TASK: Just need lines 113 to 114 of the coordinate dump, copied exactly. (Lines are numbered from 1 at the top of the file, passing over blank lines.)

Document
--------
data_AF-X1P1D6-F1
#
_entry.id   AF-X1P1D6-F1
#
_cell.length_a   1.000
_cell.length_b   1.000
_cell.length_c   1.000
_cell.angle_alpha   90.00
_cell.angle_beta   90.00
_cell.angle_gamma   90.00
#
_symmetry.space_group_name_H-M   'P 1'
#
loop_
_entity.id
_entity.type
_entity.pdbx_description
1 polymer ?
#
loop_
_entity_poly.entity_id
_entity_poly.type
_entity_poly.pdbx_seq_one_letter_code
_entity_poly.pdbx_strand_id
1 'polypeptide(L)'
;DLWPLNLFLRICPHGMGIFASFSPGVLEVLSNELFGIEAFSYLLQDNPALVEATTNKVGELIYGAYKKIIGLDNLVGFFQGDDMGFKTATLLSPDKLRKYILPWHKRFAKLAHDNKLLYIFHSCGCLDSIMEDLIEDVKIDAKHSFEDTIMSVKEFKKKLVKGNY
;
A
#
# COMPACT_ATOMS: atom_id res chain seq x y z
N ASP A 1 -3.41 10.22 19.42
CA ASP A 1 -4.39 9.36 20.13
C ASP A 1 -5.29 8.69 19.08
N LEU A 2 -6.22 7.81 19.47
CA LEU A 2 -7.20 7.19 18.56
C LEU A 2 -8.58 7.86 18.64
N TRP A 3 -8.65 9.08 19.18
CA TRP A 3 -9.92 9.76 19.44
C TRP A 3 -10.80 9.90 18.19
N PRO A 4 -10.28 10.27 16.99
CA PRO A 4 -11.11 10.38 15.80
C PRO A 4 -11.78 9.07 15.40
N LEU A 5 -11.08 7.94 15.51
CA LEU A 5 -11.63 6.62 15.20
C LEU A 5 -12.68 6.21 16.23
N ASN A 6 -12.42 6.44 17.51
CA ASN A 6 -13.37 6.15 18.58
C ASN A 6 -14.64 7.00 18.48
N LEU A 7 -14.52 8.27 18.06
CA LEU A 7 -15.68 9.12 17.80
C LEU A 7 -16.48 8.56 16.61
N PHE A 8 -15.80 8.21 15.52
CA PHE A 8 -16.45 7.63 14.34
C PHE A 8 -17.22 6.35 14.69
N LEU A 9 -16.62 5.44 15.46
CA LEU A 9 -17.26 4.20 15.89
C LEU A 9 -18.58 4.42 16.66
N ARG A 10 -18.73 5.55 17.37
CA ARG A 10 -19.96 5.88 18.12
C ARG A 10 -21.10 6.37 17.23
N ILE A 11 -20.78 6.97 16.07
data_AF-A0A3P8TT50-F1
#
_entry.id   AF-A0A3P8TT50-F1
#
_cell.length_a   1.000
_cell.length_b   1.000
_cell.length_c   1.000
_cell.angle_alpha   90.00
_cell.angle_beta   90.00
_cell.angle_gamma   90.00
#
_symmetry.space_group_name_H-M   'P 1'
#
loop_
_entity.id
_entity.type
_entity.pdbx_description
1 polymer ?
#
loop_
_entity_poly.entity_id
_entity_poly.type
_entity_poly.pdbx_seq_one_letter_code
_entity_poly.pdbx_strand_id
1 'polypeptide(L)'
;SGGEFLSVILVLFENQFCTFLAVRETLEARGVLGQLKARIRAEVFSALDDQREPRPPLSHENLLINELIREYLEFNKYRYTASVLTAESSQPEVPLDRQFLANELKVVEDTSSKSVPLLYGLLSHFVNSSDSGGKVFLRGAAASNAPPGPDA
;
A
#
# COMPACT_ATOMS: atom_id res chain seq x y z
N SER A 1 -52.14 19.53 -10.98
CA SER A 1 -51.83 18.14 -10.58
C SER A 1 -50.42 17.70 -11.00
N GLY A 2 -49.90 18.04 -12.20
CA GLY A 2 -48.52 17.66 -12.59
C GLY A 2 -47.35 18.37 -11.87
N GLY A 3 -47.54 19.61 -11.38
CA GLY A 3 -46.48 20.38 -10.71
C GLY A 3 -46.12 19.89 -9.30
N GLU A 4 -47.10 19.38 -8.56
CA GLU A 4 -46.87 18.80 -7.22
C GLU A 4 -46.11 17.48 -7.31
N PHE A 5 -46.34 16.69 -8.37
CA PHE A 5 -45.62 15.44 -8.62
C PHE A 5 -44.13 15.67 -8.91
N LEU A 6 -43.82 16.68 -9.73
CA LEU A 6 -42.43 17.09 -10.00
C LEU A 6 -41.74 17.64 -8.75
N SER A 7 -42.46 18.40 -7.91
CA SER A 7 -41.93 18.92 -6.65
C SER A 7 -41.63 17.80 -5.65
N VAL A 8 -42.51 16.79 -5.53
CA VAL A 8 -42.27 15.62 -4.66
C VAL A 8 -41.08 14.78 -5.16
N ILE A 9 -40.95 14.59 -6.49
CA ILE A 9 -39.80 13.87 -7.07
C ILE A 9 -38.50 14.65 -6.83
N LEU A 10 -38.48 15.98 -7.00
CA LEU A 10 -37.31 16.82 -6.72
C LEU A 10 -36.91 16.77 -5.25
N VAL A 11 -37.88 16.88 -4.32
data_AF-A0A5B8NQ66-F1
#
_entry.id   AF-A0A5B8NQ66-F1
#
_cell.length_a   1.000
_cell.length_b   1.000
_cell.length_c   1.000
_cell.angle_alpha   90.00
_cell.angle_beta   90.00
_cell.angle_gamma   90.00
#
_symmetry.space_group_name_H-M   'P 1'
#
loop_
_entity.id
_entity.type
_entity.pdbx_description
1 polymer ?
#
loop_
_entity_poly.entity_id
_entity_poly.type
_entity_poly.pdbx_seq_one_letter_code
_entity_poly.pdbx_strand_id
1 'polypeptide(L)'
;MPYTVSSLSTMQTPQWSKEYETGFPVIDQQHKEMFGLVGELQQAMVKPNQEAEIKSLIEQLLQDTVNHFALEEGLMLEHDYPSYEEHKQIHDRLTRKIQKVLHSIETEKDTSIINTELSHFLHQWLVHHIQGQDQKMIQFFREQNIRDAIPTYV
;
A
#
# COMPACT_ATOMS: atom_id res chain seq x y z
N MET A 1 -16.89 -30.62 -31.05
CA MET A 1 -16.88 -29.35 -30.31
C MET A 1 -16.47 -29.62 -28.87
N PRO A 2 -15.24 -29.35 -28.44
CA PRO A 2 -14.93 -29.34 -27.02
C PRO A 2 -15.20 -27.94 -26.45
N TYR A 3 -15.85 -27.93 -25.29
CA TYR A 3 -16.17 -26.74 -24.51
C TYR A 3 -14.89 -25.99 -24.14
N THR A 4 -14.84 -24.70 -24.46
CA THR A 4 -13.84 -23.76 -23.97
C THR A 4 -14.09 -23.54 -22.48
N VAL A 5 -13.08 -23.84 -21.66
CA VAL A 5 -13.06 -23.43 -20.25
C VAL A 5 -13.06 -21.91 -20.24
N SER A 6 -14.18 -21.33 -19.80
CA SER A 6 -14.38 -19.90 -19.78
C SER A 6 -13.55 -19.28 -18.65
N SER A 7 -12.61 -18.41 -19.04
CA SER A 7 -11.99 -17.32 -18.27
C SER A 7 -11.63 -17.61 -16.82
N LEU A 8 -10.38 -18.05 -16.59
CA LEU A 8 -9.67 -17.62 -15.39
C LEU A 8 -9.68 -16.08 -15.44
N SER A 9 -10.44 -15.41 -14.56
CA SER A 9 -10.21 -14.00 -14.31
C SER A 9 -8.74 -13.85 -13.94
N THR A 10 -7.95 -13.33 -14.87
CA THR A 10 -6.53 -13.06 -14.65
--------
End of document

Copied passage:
N VAL A 8 -42.51 16.79 -5.53
CA VAL A 8 -42.27 15.62 -4.66